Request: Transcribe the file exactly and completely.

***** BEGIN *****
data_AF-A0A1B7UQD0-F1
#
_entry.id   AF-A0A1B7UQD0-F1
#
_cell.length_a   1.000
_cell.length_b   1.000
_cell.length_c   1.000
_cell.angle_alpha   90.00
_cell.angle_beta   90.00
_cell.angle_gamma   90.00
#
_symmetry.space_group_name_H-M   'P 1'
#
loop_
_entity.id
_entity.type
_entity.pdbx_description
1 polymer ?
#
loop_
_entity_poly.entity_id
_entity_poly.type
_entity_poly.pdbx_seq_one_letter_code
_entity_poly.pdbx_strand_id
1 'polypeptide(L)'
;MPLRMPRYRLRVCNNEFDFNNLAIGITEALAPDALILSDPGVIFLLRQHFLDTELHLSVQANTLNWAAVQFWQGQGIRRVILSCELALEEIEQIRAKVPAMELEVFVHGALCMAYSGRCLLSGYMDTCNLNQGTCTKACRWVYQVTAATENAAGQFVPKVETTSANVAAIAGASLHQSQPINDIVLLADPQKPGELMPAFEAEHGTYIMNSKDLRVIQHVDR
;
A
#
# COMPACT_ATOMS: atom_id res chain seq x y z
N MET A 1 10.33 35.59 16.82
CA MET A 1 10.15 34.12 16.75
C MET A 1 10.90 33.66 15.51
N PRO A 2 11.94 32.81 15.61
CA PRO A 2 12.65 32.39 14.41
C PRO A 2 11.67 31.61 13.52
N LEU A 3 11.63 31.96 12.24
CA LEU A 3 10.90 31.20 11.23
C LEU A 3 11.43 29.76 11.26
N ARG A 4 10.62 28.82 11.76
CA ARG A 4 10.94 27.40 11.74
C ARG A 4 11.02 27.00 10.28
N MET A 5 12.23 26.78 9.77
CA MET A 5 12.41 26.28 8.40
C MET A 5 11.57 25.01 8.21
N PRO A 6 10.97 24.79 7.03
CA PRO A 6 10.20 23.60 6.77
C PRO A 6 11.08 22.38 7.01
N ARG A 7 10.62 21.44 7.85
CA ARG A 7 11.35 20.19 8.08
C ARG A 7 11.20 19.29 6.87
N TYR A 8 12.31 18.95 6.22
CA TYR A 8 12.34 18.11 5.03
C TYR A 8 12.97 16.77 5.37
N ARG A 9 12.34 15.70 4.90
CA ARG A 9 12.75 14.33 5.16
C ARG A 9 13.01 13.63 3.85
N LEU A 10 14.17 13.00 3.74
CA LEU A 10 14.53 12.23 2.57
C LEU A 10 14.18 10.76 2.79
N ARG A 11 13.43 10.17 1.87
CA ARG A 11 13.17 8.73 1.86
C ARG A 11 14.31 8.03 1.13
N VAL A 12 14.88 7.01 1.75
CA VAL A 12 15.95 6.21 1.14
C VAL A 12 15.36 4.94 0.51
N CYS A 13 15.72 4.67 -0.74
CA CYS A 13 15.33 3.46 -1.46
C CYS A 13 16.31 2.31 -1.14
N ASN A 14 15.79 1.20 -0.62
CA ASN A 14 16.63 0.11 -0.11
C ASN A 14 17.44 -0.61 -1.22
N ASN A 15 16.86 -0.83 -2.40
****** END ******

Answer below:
data_AF-A0A1B7UQD0-F1
#
_entry.id   AF-A0A1B7UQD0-F1
#
_cell.length_a   1.000
_cell.length_b   1.000
_cell.length_c   1.000
_cell.angle_alpha   90.00
_cell.angle_beta   90.00
_cell.angle_gamma   90.00
#
_symmetry.space_group_name_H-M   'P 1'
#
loop_
_entity.id
_entity.type
_entity.pdbx_description
1 polymer ?
#
loop_
_entity_poly.entity_id
_entity_poly.type
_entity_poly.pdbx_seq_one_letter_code
_entity_poly.pdbx_strand_id
1 'polypeptide(L)'
;MPLRMPRYRLRVCNNEFDFNNLAIGITEALAPDALILSDPGVIFLLRQHFLDTELHLSVQANTLNWAAVQFWQGQGIRRVILSCELALEEIEQIRAKVPAMELEVFVHGALCMAYSGRCLLSGYMDTCNLNQGTCTKACRWVYQVTAATENAAGQFVPKVETTSANVAAIAGASLHQSQPINDIVLLADPQKPGELMPAFEAEHGTYIMNSKDLRVIQHVDR
;
A
#
# COMPACT_ATOMS: atom_id res chain seq x y z
N MET A 1 10.33 35.59 16.82
CA MET A 1 10.15 34.12 16.75
C MET A 1 10.90 33.66 15.51
N PRO A 2 11.94 32.81 15.61
CA PRO A 2 12.65 32.39 14.41
C PRO A 2 11.67 31.61 13.52
N LEU A 3 11.63 31.96 12.24
CA LEU A 3 10.90 31.20 11.23
C LEU A 3 11.43 29.76 11.26
N ARG A 4 10.62 28.82 11.76
CA ARG A 4 10.94 27.40 11.74
C ARG A 4 11.02 27.00 10.28
N MET A 5 12.23 26.78 9.77
CA MET A 5 12.41 26.28 8.40
C MET A 5 11.57 25.01 8.21
N PRO A 6 10.97 24.79 7.03
CA PRO A 6 10.20 23.60 6.77
C PRO A 6 11.08 22.38 7.01
N ARG A 7 10.62 21.44 7.85
CA ARG A 7 11.35 20.19 8.08
C ARG A 7 11.20 19.29 6.87
N TYR A 8 12.31 18.95 6.22
CA TYR A 8 12.34 18.11 5.03
C TYR A 8 12.97 16.77 5.37
N ARG A 9 12.34 15.70 4.90
CA ARG A 9 12.75 14.33 5.16
C ARG A 9 13.01 13.63 3.85
N LEU A 10 14.17 13.00 3.74
CA LEU A 10 14.53 12.23 2.57
C LEU A 10 14.18 10.76 2.79
N ARG A 11 13.43 10.17 1.87
CA ARG A 11 13.17 8.73 1.86
C ARG A 11 14.31 8.03 1.13
N VAL A 12 14.88 7.01 1.75
CA VAL A 12 15.95 6.21 1.14
C VAL A 12 15.36 4.94 0.51
N CYS A 13 15.72 4.67 -0.74
CA CYS A 13 15.33 3.46 -1.46
C CYS A 13 16.31 2.31 -1.14
N ASN A 14 15.79 1.20 -0.62
CA ASN A 14 16.63 0.11 -0.11
C ASN A 14 17.44 -0.61 -1.22
N ASN A 15 16.86 -0.83 -2.40